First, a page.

Komorebi Post– It’s the start of the school year in Australia. All around the country families are getting ready for the big day when the summer holidays come to an end and life goes back to a routine. Stationary lists have been collected and labelled, uniforms set aside, and lunches planned. For most of these children, education takes the form of a government or public school. Wealthier families may choose one of many private schools, usually with strong religious affiliations. But for a growing number of children education takes a different form, such as homeschooling.
In Queensland the second largest state, the number of children being homeschooled has tripled in the last five years, from 1108 in 2013 to 3232 last year. While this still represents only a small number of students, those that are homeschooled are certainly enjoying a growing number of available learning experiences and additional time for free play. The traditional school system doesn’t allow children for free play time, which is according to the American Academy of Paediatrics is essential to developing cognitive, physical, social, and emotional well-being later in life. unconventional learning has opened a world of opportunities for business. Catering for pre-schoolers and home-schooling families and offering them a chance to spend time in nature developing self-confidence, resilience and a host of practical skills.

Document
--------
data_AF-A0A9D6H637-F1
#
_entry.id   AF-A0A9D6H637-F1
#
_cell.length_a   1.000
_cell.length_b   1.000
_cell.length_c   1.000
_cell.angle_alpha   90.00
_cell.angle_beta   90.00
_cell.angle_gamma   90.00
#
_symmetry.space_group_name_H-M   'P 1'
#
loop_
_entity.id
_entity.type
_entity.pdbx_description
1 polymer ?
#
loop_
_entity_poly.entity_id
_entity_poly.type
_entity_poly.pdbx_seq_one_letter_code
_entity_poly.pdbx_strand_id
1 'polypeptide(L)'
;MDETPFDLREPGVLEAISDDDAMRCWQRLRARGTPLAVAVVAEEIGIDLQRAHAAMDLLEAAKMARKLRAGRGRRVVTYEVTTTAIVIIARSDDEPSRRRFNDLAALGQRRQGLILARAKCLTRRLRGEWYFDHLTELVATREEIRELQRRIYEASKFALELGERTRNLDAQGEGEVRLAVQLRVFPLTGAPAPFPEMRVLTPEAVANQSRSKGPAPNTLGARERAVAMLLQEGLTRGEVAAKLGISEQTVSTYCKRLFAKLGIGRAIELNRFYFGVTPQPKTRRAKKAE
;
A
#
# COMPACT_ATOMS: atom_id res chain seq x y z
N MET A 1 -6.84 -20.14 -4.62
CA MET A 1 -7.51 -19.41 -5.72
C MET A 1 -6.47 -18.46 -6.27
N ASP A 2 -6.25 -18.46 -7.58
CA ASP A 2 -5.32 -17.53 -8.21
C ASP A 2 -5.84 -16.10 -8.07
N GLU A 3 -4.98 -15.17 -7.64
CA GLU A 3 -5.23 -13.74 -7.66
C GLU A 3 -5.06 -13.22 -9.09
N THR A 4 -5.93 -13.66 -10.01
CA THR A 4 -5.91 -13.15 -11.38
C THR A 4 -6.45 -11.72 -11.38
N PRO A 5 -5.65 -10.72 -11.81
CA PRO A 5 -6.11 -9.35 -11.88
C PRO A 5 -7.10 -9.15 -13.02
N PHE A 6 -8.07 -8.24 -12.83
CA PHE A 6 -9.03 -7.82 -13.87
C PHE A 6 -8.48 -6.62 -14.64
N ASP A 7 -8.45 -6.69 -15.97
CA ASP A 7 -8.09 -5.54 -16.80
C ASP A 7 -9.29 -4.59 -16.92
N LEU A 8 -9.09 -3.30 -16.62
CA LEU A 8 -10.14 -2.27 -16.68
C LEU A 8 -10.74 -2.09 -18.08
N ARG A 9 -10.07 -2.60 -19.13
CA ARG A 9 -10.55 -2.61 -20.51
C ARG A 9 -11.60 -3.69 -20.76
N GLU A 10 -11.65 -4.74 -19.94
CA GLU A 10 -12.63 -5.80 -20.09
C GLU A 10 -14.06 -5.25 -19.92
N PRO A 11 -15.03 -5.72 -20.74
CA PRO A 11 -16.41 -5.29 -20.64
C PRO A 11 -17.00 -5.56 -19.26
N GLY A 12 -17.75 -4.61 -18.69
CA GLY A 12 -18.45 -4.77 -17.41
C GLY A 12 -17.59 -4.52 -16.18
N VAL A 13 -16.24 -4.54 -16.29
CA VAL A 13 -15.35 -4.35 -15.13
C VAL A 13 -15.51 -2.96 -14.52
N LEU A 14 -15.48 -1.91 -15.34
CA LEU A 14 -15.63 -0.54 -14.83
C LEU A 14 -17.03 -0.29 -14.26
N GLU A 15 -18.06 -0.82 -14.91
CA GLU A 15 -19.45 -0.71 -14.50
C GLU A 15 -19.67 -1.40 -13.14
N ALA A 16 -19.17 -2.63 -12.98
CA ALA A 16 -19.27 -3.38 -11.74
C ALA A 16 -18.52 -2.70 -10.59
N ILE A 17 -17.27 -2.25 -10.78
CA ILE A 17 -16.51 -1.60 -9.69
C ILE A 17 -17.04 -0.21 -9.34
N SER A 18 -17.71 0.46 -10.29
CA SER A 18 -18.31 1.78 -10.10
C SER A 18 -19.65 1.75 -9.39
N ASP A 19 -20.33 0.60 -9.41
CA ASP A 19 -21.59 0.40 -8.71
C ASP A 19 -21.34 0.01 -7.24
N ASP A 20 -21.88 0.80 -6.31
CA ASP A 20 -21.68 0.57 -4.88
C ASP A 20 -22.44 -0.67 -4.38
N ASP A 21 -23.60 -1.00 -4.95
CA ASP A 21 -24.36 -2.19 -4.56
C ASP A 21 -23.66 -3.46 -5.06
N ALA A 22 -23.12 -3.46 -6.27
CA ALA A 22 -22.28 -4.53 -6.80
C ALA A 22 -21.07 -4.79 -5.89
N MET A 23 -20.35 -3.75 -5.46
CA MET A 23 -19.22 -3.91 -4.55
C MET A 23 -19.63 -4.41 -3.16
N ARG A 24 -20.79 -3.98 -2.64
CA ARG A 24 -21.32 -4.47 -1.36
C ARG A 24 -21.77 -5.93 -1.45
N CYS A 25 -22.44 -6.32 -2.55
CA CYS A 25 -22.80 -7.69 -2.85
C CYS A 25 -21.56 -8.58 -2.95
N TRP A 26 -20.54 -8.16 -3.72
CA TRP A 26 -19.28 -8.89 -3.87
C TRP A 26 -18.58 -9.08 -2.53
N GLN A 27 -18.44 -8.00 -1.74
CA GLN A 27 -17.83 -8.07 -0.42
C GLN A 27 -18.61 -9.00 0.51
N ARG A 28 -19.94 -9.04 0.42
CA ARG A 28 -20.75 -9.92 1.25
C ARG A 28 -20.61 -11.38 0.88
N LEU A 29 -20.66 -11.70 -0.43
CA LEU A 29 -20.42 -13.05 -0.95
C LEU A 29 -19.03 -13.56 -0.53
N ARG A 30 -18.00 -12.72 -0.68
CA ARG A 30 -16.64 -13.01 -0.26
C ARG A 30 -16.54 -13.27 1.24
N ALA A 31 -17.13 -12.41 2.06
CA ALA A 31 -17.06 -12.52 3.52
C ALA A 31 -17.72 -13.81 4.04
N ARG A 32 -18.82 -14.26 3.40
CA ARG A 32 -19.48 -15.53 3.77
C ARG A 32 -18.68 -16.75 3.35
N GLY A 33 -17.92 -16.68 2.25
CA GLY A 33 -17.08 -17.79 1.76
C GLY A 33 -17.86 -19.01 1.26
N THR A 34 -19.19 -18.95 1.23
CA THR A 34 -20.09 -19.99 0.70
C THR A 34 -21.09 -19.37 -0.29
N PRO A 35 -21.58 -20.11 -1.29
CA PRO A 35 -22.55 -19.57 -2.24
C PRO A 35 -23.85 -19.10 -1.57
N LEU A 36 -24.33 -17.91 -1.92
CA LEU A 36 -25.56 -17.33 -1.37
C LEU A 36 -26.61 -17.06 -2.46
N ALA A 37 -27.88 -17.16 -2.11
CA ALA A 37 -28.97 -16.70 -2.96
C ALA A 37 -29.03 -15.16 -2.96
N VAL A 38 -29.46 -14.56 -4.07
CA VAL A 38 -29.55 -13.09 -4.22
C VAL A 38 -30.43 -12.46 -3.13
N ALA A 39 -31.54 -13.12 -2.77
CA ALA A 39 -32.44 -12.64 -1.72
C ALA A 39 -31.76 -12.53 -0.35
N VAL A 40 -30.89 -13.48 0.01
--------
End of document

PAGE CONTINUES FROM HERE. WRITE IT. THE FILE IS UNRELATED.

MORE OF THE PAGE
Children at forest school are encouraged to explore and have adventures in nature’s playground. Photo credit: Michelle Leech
The site is an enchanting forest with a sparkling creek running through it. There are trees to climb, mud slides to slip down and balancing beams for developing agility. Passionate educators Nicki Farrell and Vicci Oliver light up when spending time with the young people who attend. They express how important it is to give children the chance to engage with nature and learn to love and care for it. They believe that children have the right to childhood adventures and ‘risky’ play activities, so students at forest school learn how to start and cook on fires and use tools such as saws and drills in construction activities. School holiday activities give children at conventional schools the opportunity to experience these learning opportunities too.